Young Augusten Burroughs absorbs experiences that could make for a shocking memoir: the son of an alcoholic father and an unstable mother, he's handed off to his mother's therapist, Dr. Finch, and spends his adolescent years as a member of Finch's bizarre extended family.
A Secret Service agent is framed as the mole in an assassination attempt on the President. He must clear his name and foil another assassination attempt while on the run from a Secret Service Protective Intelligence Division agent.
An English Professor tries to deal with his wife leaving him, the arrival of his editor who has been waiting for his book for seven years, and the various problems that his friends and associates involve him in.
When the daughter of a psychiatrist is kidnapped, he's horrified to discover that the abductors' demand is that he break through to a post traumatic stress disorder suffering young woman who knows a secret...
A fresh-out-of-the-mental institution father and his emancipated teenage daughter venture together on a quest for an ancient Spanish treasure buried beneath their local Costco in this take on the modern family and the American dream. Written by
The screenplay written by Michael Cahill was entered into the 2004 American Zoetrope Screenwriting contest and though didn't win, was a finalist. See more »
When they turn on the lights in the dark Costco, it instantly becomes brightly lit. In reality, HID lamps are very dim when first switched on and require several minutes to warm up and reach full brightness. See more »
When my father moved away, I lived alone in our house. Which was not exactly normal, but at least I had a routine. Before, when he was home, I could never exactly get comfortable, because it always felt like something was about to happen.
See more »
Written by Jimmy Seals and Darrell Crofts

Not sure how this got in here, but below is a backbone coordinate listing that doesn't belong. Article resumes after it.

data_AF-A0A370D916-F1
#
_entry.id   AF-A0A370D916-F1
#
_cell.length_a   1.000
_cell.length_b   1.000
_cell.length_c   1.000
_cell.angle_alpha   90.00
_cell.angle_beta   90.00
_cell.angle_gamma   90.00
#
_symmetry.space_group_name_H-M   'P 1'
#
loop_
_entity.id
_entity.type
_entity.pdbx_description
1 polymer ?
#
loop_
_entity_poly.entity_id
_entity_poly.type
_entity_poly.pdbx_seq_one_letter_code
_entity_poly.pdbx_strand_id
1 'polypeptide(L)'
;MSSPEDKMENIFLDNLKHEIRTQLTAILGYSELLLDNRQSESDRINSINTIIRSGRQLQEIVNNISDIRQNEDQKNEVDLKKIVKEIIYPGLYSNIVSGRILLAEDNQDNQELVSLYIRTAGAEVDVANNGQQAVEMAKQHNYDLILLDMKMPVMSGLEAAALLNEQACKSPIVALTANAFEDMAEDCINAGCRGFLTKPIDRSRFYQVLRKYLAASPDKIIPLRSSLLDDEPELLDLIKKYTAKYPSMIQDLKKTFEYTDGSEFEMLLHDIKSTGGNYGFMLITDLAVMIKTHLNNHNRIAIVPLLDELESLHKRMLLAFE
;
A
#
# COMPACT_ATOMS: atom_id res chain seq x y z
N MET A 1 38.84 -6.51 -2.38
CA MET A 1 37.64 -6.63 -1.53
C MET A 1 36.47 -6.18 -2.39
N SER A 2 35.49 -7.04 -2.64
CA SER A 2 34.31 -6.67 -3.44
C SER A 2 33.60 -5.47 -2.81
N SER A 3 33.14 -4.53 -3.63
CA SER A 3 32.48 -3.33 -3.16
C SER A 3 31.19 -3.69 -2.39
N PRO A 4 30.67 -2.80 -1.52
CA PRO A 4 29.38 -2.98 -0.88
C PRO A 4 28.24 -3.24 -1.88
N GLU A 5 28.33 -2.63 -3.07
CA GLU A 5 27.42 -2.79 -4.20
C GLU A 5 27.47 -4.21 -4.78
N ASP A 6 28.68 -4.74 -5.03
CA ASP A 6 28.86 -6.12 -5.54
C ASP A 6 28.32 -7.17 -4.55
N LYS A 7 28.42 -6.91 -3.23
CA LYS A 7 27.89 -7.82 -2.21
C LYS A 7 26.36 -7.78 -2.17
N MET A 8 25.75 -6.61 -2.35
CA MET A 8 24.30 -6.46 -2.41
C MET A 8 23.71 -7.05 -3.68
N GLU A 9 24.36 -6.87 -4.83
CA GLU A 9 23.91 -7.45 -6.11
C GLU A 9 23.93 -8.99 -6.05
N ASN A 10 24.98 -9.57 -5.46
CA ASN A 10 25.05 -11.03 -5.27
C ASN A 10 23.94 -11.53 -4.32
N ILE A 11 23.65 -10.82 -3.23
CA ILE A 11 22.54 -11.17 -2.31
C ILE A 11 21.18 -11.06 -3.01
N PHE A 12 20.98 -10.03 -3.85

Performed by Seals & Crofts
Published by Sutjujo Music (BMI), Faizilu Publishing (BMI), Songs Of Universal (BMI)
Courtesy of Warner Bros. Records Inc.
By Arrangement with Warner Music Group Film & TV Licensing See more »
A very slow moving movie featuring superb acting from Douglas.
"King Of California" is the art house version of "National Treasure" or "Indiana Jones". It's the story of Charlie (Michael Douglas) who is released from the mental institution in which he has spent several years and is reunited with his sixteen year old daughter Miranda (Evan Rachel Wood). Although he is obviously a few sandwiches short of a picnic, Charlie manages to convince his daughter to join him in a quest for buried treasure. Together they move through Southern California looking for clues leading to the lost doubloons.
If, after reading that description of the plot, you're now expecting these two characters to run through dark tunnels with giant boulders rolling after them then you'd be wrong. "King Of California" is a slow and very quiet movie which focuses more on Charlie and Miranda repairing their relationship than the actual treasure hunt. Miranda has been forced to take a job at McDonalds in order to survive during her father's absence meaning that she is now the rational one whilst Charlie acts as a child. Their search for the treasure takes them to golf courses and busy stores where Charlie sees signs that they're on the right trail whilst Miranda, not fully believing in Charlie's dream, simply wants to spend some time with the father she's lost touch with.
Douglas gives one of his finest performances in recent years as Charlie, managing to make the character seem insane whilst also being totally appealing (witness the way in which he wins arguments by stating absurd facts and telling people to "look it up"). Evan Rachel Wood is also perfect in her role. It may not be as showy a role as Douglas' but Wood convinces you that Miranda absolutely loves her father despite all his faults (and he certainly has a lot).
Although I liked "King Of California", I really can't say that I loved it - the plot was perhaps a little too slow moving for my tastes. I certainly admired its message, however, that you should follow your dreams because dreams give you something to believe in. If you have patience and like character-driven movies which reveal their charms at a very leisurely pace (such as the movies "Sideways" or "Rushmore"), then I'd recommend watching "King Of California" for its superb acting and life-affirming message. Others - like myself - however, who prefer story lines to move along at a much quicker rate may find it a bit boring in places and slightly too whimsical overall.
34 of 55 people found this review helpful.
Was this review helpful to you?